This is a very honest recounting of Bravo Three Zero’s mission into Iraq, not holding back on the moments of conflict that occured between the team as the tension, and the intensity, of their situation saw tempers flare, even as body temps plummeted. But it also stands as testament to that band of brothers mentality that is shared by those in the armed forces. The camaraderie, the slagging’ as they call it, and the naturally banter filled rivalry between the different sections of the Armed Forces. For what is undoubtedly clear from this first hand account is just what each of the people in Des Powell’s patrol had to endure as a result of their mission.
We often hear on the news about the lack or resource, the poor quality of the equipment that troops are deployed with, and how it affects them and their morale. Here we get a ringside seat as the implications of poor intelligence, unsuitable equipment and unreliable communications links become abundantly clear. Compared to their American counterparts, the SAS, despite being one of the UK’s elite units, seemed like they were being sent to a gunfight with a taser. A short range, low voltage one at that. And the result is quite shocking. The risk to life is greater that it needed to be and what comes to pass is almost inevitable really. Faced with an unexpected terrain, freak weather conditions and useless vehicles (although ones that would prove to be live saving in spite of initial misgivings) this is a troop, a team of men, who gave their all and just got on with the job at hand. In spite of all of the trials they faced, the far-too-near death experiences, the determination and focus of this group of men is really inspiring.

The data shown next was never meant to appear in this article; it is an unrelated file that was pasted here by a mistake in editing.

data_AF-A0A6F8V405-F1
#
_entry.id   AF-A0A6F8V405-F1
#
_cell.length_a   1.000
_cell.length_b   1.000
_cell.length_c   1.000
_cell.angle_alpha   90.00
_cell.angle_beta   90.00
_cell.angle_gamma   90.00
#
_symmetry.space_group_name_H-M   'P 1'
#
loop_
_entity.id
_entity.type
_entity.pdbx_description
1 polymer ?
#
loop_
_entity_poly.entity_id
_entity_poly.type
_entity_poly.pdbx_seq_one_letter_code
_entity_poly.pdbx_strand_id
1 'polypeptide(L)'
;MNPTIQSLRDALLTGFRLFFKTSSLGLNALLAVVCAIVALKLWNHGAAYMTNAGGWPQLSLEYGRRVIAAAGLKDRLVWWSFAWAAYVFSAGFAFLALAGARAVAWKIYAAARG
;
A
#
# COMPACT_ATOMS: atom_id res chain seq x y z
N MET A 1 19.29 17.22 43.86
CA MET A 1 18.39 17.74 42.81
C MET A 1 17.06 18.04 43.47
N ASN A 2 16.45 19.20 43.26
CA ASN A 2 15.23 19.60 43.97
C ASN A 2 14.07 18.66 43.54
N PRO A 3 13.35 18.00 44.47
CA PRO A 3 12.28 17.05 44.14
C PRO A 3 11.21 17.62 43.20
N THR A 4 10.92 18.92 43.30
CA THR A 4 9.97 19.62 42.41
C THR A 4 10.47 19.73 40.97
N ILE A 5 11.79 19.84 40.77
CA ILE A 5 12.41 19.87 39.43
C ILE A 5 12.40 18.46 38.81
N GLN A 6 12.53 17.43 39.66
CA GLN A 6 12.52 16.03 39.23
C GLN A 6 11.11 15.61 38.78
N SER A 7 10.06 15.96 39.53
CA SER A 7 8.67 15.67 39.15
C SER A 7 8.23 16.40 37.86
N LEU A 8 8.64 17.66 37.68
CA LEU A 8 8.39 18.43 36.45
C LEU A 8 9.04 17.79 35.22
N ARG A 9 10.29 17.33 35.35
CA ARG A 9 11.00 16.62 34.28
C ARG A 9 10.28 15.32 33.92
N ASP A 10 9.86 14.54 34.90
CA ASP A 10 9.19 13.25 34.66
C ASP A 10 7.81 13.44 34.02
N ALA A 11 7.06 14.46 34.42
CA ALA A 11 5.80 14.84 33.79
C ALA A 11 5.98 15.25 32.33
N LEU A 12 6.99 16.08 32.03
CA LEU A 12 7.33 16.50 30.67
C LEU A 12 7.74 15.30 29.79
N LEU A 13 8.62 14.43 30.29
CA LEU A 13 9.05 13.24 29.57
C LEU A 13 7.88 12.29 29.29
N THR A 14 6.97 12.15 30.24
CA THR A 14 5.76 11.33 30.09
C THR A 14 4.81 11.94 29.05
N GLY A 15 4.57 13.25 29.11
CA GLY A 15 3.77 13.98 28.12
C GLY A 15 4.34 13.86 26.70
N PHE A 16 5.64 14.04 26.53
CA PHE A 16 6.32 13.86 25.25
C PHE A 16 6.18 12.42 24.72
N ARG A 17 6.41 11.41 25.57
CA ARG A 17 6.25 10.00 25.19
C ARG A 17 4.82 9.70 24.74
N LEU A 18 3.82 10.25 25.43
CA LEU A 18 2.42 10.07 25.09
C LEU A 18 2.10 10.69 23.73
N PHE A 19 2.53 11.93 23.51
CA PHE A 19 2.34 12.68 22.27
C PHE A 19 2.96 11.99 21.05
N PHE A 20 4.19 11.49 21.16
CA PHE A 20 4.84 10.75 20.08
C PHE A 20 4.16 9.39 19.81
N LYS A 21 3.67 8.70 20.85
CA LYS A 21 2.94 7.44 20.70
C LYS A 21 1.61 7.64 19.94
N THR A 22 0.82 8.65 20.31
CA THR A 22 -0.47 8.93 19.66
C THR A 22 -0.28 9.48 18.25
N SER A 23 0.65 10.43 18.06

As second in command of the patrol, Des Powell is well placed to share this story, and he really brings all of the individuals, their traits and quirks, but most importantly their singular intent to complete their mission, to life. The more I learned of their fate, of what they endured in those seemingly short, although to them infinitesimally long, days in Iraq, the more wide eyed I felt I became. There was a point near the end, when I felt almost gobsmacked and yet, to a degree unsurprised, by a certain revelation that is made, almost casually, about the failed comms links. It beggars belief that if might occur, and yet it somehow also doesn’t.